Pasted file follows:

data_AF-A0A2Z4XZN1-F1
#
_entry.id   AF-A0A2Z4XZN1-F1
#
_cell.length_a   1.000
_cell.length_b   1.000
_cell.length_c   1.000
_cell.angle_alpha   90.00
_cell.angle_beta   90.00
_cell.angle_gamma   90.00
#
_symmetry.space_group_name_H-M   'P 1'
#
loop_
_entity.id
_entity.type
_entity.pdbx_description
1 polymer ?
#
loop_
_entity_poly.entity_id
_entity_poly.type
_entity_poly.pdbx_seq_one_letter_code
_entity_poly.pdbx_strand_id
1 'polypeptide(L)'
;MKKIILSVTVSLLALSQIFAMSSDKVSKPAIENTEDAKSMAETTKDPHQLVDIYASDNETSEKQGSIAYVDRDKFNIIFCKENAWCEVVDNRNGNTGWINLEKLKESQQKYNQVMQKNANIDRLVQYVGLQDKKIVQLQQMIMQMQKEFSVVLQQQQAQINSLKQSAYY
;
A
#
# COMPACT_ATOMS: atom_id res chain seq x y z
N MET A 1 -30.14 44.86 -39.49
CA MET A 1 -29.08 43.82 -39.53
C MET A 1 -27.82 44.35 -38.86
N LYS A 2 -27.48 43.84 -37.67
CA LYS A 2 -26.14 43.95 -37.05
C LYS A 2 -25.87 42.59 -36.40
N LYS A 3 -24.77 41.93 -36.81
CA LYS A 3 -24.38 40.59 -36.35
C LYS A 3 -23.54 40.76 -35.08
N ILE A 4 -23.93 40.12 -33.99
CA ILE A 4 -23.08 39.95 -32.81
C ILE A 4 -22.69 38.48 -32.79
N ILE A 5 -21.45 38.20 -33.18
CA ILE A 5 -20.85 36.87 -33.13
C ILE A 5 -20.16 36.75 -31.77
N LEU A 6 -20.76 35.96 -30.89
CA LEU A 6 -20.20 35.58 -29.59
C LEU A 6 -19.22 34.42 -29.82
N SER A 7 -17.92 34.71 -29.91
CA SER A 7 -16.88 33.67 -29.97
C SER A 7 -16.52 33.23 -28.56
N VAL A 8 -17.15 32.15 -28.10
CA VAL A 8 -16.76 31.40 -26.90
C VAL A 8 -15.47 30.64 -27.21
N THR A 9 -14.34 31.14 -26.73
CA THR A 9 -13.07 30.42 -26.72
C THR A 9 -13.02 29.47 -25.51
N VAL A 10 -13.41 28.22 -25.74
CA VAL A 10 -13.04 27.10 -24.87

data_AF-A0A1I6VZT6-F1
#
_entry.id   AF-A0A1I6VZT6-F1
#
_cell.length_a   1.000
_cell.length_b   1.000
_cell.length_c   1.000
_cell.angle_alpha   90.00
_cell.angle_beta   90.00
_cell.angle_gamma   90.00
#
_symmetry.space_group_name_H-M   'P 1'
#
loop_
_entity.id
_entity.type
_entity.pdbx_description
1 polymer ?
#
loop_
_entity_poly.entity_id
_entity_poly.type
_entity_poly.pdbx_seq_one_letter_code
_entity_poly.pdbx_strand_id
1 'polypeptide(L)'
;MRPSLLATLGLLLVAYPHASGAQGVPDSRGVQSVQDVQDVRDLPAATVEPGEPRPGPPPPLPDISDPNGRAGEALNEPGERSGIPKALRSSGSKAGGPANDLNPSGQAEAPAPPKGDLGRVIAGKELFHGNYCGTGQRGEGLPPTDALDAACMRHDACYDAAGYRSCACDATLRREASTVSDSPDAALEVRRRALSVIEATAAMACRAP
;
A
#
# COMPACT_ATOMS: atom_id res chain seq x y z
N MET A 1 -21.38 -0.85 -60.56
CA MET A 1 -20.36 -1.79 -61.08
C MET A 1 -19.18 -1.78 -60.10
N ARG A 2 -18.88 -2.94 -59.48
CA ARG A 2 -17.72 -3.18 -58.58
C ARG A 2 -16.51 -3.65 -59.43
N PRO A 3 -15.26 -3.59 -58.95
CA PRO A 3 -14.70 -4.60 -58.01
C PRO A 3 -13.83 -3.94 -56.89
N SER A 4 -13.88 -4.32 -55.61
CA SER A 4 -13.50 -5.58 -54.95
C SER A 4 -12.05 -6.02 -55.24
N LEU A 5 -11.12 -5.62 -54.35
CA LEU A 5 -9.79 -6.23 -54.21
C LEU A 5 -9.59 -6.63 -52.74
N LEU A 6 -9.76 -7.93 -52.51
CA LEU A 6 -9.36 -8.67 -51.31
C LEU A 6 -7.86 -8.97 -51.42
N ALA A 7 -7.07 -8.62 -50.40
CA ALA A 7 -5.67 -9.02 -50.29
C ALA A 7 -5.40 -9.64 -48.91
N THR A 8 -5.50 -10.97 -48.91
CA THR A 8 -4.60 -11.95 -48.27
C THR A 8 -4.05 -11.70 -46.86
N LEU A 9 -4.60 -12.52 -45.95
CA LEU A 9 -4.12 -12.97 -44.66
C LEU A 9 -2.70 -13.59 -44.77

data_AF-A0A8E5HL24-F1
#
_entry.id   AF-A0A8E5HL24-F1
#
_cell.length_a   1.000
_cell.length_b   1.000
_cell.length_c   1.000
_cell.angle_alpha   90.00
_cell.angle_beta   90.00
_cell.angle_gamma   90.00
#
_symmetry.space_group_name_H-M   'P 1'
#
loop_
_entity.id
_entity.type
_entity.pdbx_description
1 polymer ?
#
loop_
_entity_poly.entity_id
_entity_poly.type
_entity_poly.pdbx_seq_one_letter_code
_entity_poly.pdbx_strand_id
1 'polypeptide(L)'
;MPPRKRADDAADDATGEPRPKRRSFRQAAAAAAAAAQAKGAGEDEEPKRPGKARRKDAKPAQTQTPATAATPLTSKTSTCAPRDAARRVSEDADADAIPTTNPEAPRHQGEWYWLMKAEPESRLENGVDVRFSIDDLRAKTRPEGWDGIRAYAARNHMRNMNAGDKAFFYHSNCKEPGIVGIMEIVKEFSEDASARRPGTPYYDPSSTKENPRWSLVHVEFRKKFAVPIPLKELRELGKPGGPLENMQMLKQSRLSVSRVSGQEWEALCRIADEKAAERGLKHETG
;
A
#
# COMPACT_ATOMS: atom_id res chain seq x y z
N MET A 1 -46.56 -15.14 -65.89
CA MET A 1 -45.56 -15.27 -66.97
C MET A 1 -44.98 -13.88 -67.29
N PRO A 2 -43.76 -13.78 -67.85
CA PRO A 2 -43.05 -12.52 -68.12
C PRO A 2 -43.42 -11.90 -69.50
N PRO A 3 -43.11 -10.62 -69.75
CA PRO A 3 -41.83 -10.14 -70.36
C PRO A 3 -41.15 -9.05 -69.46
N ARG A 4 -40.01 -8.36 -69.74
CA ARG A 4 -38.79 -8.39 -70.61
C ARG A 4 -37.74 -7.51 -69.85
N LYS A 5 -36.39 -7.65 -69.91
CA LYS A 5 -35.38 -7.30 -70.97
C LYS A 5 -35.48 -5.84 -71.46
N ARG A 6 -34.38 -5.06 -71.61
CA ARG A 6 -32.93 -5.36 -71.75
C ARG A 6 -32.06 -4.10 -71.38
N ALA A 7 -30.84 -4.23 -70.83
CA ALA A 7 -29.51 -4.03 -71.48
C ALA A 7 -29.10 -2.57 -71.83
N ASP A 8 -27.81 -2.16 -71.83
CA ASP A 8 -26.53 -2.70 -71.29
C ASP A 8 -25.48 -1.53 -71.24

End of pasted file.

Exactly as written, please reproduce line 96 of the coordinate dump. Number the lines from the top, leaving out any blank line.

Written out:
N PRO A 3 -15.26 -3.59 -58.95